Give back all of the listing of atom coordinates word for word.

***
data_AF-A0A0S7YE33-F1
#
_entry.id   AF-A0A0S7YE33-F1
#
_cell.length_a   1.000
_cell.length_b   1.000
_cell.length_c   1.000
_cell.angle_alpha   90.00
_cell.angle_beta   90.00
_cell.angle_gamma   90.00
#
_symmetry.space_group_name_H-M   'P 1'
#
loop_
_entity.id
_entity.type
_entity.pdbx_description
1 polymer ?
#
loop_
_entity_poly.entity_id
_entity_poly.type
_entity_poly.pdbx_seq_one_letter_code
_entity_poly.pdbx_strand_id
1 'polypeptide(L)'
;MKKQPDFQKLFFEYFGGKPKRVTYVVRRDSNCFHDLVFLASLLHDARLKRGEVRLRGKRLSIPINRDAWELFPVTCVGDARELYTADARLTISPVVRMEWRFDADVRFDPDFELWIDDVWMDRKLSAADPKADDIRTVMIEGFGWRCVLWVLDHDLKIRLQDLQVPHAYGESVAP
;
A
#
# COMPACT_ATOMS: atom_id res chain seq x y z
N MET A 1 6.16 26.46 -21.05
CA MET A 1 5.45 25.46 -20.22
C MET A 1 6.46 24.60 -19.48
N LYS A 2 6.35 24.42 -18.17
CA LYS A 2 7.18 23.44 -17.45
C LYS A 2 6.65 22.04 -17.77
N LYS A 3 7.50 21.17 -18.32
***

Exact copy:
data_AF-A0A0S7YE33-F1
#
_entry.id   AF-A0A0S7YE33-F1
#
_cell.length_a   1.000
_cell.length_b   1.000
_cell.length_c   1.000
_cell.angle_alpha   90.00
_cell.angle_beta   90.00
_cell.angle_gamma   90.00
#
_symmetry.space_group_name_H-M   'P 1'
#
loop_
_entity.id
_entity.type
_entity.pdbx_description
1 polymer ?
#
loop_
_entity_poly.entity_id
_entity_poly.type
_entity_poly.pdbx_seq_one_letter_code
_entity_poly.pdbx_strand_id
1 'polypeptide(L)'
;MKKQPDFQKLFFEYFGGKPKRVTYVVRRDSNCFHDLVFLASLLHDARLKRGEVRLRGKRLSIPINRDAWELFPVTCVGDARELYTADARLTISPVVRMEWRFDADVRFDPDFELWIDDVWMDRKLSAADPKADDIRTVMIEGFGWRCVLWVLDHDLKIRLQDLQVPHAYGESVAP
;
A
#
# COMPACT_ATOMS: atom_id res chain seq x y z
N MET A 1 6.16 26.46 -21.05
CA MET A 1 5.45 25.46 -20.22
C MET A 1 6.46 24.60 -19.48
N LYS A 2 6.35 24.42 -18.17
CA LYS A 2 7.18 23.44 -17.45
C LYS A 2 6.65 22.04 -17.77
N LYS A 3 7.50 21.17 -18.32